To write, you gotta have balls.
And to write a lot, and thusly write well, you gotta have really big ones; balls so preposterously enormous they virtually drag on the ground.
You gotta have balls big enough to say, “I’m gonna put my damned life on hold, and the lives of those around me, and do little more than write.”
You need balls to say this kind of thing. Of course, I’m talking about metaphoric balls, fictitious testicles; the kind that, if you have them, mean you have heart. Or guts. Or sheer determination. Or even, a reckless nerve of sorts, the kind that leads you to chase the bull out of the field; or to punch that bad guy right in the face; to leap before you look, to do something with little regard for the consequences. In short, balls.
I would argue that to write, you gotta have all these things – heart, guts, and determination. And yeah, you need the short-sightedness to jump in head first and worry about the consequences later.
Writing itself is pretty simple; its requirements are few. A clear head, a device to write with (a laptop in my case), and time to think.
And I see that’s why female writers have historically been in short supply; even today women face tremendous challenges in writing, or heck, really doing anything in a traditionally male-dominated field.
Not always for a lack (of fictitious) balls; but for other reasons. Like time to think. Time to develop their craft.
Good ol’ Virginia Woolf advocated for a room of one’s own and a comfortable trust fund; but she did not anticipate (in the Victorian ages of servants and cooks) that today’s woman must really do everything. Herself.
The modern woman with a family or a career (or both, shudder, together) – is under tremendous pressure. You work all day, and then you walk in the door, and honestly, honey, things haven’t changed all that much. Laundry, cooking, cleaning, somebody’s gotta do it. And sure, your spouse or partner might step in, or you might be able to hire someone, but the organizing and scheduling remains your own.
And if you have children, you are pulled in a million little pieces throughout the day, trying to put out fires and take care of everyone else. By the time your allocated writing block comes along, you have nothing left. You’ve given it all away.
I think of “Gone with the Wind”, where Mrs. Tarleton, a renowned horse breeder and rider, spends her days with her mare saddled and waiting while she herself goes about overseeing the plantation, directing servants and family members all while wearing her riding habit. For, she originally intended to go riding.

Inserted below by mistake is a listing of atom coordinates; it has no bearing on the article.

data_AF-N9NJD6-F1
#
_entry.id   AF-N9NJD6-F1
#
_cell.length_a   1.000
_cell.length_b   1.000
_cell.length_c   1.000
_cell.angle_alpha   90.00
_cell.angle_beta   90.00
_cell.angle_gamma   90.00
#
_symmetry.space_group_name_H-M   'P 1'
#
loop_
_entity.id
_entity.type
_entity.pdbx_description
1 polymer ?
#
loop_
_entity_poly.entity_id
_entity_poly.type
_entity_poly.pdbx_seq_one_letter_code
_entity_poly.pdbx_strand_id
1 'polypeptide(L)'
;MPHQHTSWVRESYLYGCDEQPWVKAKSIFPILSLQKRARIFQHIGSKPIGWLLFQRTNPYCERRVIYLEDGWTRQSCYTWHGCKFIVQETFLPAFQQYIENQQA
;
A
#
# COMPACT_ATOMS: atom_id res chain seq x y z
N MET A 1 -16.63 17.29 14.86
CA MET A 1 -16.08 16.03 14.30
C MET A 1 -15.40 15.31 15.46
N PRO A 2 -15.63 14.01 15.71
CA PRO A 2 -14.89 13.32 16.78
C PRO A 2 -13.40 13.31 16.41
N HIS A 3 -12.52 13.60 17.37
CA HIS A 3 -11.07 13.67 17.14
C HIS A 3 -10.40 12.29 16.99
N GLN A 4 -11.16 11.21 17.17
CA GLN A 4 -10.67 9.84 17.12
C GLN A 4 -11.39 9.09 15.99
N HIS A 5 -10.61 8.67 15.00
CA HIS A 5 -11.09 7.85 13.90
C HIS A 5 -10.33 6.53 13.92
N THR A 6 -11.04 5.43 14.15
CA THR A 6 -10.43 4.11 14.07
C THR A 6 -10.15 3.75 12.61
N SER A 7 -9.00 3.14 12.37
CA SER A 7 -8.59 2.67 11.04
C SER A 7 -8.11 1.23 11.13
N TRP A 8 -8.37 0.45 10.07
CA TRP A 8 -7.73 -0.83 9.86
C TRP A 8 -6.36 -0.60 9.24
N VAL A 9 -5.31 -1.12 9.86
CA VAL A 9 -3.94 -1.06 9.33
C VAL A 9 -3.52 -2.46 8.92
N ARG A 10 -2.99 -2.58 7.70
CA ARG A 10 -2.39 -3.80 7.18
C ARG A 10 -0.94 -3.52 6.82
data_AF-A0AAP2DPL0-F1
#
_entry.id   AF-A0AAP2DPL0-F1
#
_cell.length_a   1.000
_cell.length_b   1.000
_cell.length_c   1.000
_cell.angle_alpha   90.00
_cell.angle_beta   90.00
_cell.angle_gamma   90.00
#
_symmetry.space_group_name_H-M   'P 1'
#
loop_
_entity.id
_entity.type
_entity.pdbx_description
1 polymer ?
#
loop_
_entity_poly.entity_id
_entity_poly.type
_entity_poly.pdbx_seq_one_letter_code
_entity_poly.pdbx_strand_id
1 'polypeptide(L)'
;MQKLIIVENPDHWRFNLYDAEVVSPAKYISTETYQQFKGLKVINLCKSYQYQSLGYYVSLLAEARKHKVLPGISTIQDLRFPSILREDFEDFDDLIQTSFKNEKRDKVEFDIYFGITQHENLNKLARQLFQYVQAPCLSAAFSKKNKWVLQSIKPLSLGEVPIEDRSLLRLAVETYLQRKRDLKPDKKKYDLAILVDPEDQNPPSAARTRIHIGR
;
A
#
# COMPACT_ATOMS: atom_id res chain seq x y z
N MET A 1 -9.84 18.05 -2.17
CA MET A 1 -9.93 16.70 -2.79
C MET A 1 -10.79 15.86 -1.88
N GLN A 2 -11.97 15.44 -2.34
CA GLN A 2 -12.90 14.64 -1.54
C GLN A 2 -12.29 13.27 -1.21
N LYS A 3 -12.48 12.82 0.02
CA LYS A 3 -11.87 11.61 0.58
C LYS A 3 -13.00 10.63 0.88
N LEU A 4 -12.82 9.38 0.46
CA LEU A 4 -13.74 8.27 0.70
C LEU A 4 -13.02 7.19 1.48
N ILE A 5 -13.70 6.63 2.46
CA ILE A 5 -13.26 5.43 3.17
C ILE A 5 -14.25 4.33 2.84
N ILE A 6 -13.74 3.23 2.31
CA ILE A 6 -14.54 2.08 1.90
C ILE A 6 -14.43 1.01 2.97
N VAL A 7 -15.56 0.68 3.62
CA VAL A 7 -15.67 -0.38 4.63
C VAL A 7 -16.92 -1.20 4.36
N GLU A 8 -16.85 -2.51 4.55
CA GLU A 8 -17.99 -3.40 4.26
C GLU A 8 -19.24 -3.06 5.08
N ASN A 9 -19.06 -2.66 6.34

But her day, and many before it, got away from her. She was busy taking care of others, and lost the opportunity to put herself first.
And that’s a damned shame.
So let’s go back to the notion of balls; phantom testicles so gigantic they require your pants to be three sizes larger, or you simply don’t wear pants at all and hide them under a skirt.
If Mrs. Tarleton had enormous balls (I’m not saying she didn’t have any, just that they weren’t big enough) she would’ve told all the servants and family members to take a flying leap, that they had care of themselves, for at that very minute she was going out riding. And they could deal with life without her for a while.
For a woman to truly excel in anything (writing, the Arts, hockey, dentistry – whatever) balls are the underlying issue. Or a lack thereof. Or having balls enough to say screw all you people, I’m doing the things I want to do (in the writer’s case, shutting the door and actually writing) while the rest of the world carries on without me.
And for many women, it can be hard to put themselves first; the juggling acts of life creep in, and time is swept away as you spend your day at the kitchen sink with a half-written story floating around in your head. And before you know it, that story’s gone, floated away in the ether.
I guess it really does come down to having big enough balls.
This essay was written with a sleeping toddler on my lap after I got into a fight with my husband over his need to step up around the house so I could get some writing done. So, yeah, it’s real. But what carries me through is the fact that I have fucking huge balls.
In case you missed it, we have Balls & Co right here (aka our thoughts on women and writing fiction)
Kelley Armstrong’s Advice for Writers on Twisted Sister
And we invite you to send us your best, your worst, your weird, and don’t worry honey, we’ll all stumble through it together.